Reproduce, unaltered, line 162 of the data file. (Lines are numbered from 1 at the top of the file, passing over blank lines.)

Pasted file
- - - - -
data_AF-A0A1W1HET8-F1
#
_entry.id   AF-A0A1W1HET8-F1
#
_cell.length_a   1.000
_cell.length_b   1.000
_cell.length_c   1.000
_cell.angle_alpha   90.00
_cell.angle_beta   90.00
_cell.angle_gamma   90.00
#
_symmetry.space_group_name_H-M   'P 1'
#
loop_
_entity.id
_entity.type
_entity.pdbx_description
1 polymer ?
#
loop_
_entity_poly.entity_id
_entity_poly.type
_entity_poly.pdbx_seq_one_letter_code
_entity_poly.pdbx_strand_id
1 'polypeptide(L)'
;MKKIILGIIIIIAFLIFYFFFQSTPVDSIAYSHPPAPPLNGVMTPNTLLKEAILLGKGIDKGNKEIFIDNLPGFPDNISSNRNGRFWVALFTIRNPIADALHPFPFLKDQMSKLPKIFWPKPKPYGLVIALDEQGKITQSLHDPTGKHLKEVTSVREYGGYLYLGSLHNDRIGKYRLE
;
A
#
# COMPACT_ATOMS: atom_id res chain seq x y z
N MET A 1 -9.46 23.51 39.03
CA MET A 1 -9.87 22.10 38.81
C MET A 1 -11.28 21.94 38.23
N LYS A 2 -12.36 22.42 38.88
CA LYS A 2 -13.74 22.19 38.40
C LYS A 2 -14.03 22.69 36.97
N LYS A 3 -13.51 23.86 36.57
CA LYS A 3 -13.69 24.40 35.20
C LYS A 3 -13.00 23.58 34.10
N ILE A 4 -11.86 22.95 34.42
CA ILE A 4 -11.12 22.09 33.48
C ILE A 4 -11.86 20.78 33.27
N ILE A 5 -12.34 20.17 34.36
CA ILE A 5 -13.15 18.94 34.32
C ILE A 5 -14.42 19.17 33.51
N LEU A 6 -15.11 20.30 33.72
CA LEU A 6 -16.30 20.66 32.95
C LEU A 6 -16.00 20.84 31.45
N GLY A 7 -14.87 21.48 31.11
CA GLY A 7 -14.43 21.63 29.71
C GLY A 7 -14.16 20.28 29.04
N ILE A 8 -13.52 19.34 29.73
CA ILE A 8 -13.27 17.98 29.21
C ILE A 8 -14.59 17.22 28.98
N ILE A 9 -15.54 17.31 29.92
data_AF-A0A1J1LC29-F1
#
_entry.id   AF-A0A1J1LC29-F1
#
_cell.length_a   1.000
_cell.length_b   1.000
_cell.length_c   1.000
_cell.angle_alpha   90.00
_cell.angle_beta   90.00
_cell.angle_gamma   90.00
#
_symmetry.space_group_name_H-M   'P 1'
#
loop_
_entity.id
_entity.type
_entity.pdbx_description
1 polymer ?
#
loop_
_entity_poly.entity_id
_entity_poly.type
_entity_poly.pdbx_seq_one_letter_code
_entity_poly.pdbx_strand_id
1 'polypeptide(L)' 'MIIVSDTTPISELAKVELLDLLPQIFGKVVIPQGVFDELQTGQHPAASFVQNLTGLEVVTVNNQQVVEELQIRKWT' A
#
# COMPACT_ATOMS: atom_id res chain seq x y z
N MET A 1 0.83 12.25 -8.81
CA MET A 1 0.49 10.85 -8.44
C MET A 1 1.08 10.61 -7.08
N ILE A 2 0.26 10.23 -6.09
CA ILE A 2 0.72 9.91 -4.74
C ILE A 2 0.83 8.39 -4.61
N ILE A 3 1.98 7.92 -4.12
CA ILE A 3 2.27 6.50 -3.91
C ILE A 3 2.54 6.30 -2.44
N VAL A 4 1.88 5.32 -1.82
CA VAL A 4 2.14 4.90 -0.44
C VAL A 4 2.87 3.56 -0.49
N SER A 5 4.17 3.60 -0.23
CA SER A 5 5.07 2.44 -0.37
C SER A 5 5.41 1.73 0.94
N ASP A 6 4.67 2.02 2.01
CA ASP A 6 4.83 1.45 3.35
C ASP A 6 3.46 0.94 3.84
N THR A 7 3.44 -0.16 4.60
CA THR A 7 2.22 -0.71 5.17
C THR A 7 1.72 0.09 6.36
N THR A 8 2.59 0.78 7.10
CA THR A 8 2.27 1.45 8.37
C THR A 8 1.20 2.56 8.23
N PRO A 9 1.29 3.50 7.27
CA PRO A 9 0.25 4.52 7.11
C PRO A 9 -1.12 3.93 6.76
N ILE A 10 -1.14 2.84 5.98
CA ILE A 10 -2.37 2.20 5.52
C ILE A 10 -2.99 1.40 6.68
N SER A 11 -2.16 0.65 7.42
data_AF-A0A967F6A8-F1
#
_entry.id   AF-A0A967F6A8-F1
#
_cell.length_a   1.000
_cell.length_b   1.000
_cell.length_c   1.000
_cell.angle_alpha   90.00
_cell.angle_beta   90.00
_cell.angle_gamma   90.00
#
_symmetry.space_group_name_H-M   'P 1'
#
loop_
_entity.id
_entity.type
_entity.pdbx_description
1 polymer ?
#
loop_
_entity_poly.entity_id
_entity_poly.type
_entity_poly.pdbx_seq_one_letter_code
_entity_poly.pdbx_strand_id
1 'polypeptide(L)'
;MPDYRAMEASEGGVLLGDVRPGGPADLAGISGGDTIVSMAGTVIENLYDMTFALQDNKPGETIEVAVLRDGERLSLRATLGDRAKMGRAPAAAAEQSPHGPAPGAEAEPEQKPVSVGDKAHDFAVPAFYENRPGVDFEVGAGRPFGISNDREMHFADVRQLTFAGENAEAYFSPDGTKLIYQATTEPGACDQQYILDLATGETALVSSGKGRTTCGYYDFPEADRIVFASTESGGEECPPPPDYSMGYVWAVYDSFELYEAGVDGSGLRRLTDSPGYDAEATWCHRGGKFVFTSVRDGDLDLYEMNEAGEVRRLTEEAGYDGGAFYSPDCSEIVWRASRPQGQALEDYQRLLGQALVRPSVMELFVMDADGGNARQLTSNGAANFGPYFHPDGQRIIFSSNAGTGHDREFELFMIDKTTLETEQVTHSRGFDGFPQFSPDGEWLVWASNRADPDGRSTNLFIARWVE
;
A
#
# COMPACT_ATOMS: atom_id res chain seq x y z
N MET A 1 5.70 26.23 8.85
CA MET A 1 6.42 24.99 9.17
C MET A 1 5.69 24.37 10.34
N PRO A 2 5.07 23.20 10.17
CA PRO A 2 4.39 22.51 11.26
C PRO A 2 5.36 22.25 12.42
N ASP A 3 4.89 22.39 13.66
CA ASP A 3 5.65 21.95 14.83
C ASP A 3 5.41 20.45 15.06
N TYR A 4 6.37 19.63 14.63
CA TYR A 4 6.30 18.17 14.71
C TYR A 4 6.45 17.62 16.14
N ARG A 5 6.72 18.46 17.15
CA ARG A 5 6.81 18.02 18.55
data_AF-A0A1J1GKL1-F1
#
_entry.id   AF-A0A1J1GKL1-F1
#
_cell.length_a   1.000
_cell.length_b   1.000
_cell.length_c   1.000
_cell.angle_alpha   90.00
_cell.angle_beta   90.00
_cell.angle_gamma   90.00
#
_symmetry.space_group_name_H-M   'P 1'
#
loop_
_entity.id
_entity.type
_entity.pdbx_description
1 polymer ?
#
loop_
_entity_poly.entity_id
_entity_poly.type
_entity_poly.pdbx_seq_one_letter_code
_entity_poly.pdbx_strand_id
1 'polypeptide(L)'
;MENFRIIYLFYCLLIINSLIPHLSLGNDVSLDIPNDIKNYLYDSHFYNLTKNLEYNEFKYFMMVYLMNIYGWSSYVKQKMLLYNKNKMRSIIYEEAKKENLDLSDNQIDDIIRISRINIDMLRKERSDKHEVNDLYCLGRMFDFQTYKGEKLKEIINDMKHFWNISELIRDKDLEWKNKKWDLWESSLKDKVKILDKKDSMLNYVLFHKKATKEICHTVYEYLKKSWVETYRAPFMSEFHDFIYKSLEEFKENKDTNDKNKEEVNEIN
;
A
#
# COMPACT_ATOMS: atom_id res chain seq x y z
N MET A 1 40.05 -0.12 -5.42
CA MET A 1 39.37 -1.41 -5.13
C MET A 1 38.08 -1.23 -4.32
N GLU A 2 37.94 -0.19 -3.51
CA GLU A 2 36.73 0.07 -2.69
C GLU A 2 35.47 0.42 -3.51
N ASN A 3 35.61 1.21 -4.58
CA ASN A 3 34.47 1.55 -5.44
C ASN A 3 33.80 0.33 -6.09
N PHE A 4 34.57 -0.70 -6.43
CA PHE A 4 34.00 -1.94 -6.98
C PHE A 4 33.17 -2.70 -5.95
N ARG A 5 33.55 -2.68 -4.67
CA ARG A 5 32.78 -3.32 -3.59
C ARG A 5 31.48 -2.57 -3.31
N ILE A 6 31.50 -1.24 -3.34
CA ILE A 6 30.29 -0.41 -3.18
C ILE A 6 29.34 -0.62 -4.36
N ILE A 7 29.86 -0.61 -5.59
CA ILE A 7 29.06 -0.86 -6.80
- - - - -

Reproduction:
_cell.length_a   1.000